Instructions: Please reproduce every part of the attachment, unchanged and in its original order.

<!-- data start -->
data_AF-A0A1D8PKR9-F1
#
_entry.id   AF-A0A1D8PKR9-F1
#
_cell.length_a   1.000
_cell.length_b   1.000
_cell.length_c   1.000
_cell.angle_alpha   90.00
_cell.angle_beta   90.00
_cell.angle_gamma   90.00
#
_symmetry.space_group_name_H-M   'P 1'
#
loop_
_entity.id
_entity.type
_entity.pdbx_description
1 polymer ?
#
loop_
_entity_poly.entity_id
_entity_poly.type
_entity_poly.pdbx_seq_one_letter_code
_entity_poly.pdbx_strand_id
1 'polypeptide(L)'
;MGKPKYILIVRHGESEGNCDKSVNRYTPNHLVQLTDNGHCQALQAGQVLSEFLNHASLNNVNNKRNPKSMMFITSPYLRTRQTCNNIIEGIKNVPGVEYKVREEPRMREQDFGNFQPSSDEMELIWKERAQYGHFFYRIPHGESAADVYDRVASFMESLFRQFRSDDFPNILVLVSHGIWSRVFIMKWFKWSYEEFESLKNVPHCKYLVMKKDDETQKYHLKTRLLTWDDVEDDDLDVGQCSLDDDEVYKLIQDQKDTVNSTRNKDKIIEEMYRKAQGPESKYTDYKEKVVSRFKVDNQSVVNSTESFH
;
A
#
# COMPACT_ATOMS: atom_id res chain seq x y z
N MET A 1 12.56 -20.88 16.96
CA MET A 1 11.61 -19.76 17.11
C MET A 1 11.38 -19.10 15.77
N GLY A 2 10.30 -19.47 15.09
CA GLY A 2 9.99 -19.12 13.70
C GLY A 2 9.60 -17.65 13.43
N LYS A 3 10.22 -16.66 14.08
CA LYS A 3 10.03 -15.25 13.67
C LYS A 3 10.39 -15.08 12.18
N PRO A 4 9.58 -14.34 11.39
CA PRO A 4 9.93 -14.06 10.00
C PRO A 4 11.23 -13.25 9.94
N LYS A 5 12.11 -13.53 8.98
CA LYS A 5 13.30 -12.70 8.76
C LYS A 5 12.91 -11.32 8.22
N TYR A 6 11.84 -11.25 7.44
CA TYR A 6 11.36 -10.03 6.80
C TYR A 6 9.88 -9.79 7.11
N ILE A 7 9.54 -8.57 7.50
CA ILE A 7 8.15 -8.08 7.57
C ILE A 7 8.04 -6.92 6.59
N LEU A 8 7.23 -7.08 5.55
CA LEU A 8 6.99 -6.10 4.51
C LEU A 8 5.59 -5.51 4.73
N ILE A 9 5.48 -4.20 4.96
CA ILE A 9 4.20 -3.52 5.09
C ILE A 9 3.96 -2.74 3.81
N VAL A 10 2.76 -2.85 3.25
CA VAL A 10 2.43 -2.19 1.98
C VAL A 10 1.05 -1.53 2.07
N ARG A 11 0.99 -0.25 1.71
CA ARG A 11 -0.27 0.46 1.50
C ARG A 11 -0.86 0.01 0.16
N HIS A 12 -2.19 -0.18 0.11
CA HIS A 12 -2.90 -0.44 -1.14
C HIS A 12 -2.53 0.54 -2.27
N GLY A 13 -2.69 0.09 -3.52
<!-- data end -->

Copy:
data_AF-A0A1D8PKR9-F1
#
_entry.id   AF-A0A1D8PKR9-F1
#
_cell.length_a   1.000
_cell.length_b   1.000
_cell.length_c   1.000
_cell.angle_alpha   90.00
_cell.angle_beta   90.00
_cell.angle_gamma   90.00
#
_symmetry.space_group_name_H-M   'P 1'
#
loop_
_entity.id
_entity.type
_entity.pdbx_description
1 polymer ?
#
loop_
_entity_poly.entity_id
_entity_poly.type
_entity_poly.pdbx_seq_one_letter_code
_entity_poly.pdbx_strand_id
1 'polypeptide(L)'
;MGKPKYILIVRHGESEGNCDKSVNRYTPNHLVQLTDNGHCQALQAGQVLSEFLNHASLNNVNNKRNPKSMMFITSPYLRTRQTCNNIIEGIKNVPGVEYKVREEPRMREQDFGNFQPSSDEMELIWKERAQYGHFFYRIPHGESAADVYDRVASFMESLFRQFRSDDFPNILVLVSHGIWSRVFIMKWFKWSYEEFESLKNVPHCKYLVMKKDDETQKYHLKTRLLTWDDVEDDDLDVGQCSLDDDEVYKLIQDQKDTVNSTRNKDKIIEEMYRKAQGPESKYTDYKEKVVSRFKVDNQSVVNSTESFH
;
A
#
# COMPACT_ATOMS: atom_id res chain seq x y z
N MET A 1 12.56 -20.88 16.96
CA MET A 1 11.61 -19.76 17.11
C MET A 1 11.38 -19.10 15.77
N GLY A 2 10.30 -19.47 15.09
CA GLY A 2 9.99 -19.12 13.70
C GLY A 2 9.60 -17.65 13.43
N LYS A 3 10.22 -16.66 14.08
CA LYS A 3 10.03 -15.25 13.67
C LYS A 3 10.39 -15.08 12.18
N PRO A 4 9.58 -14.34 11.39
CA PRO A 4 9.93 -14.06 10.00
C PRO A 4 11.23 -13.25 9.94
N LYS A 5 12.11 -13.53 8.98
CA LYS A 5 13.30 -12.70 8.76
C LYS A 5 12.91 -11.32 8.22
N TYR A 6 11.84 -11.25 7.44
CA TYR A 6 11.36 -10.03 6.80
C TYR A 6 9.88 -9.79 7.11
N ILE A 7 9.54 -8.57 7.50
CA ILE A 7 8.15 -8.08 7.57
C ILE A 7 8.04 -6.92 6.59
N LEU A 8 7.23 -7.08 5.55
CA LEU A 8 6.99 -6.10 4.51
C LEU A 8 5.59 -5.51 4.73
N ILE A 9 5.48 -4.20 4.96
CA ILE A 9 4.20 -3.52 5.09
C ILE A 9 3.96 -2.74 3.81
N VAL A 10 2.76 -2.85 3.25
CA VAL A 10 2.43 -2.19 1.98
C VAL A 10 1.05 -1.53 2.07
N ARG A 11 0.99 -0.25 1.71
CA ARG A 11 -0.27 0.46 1.50
C ARG A 11 -0.86 0.01 0.16
N HIS A 12 -2.19 -0.18 0.11
CA HIS A 12 -2.90 -0.44 -1.14
C HIS A 12 -2.53 0.54 -2.27
N GLY A 13 -2.69 0.09 -3.52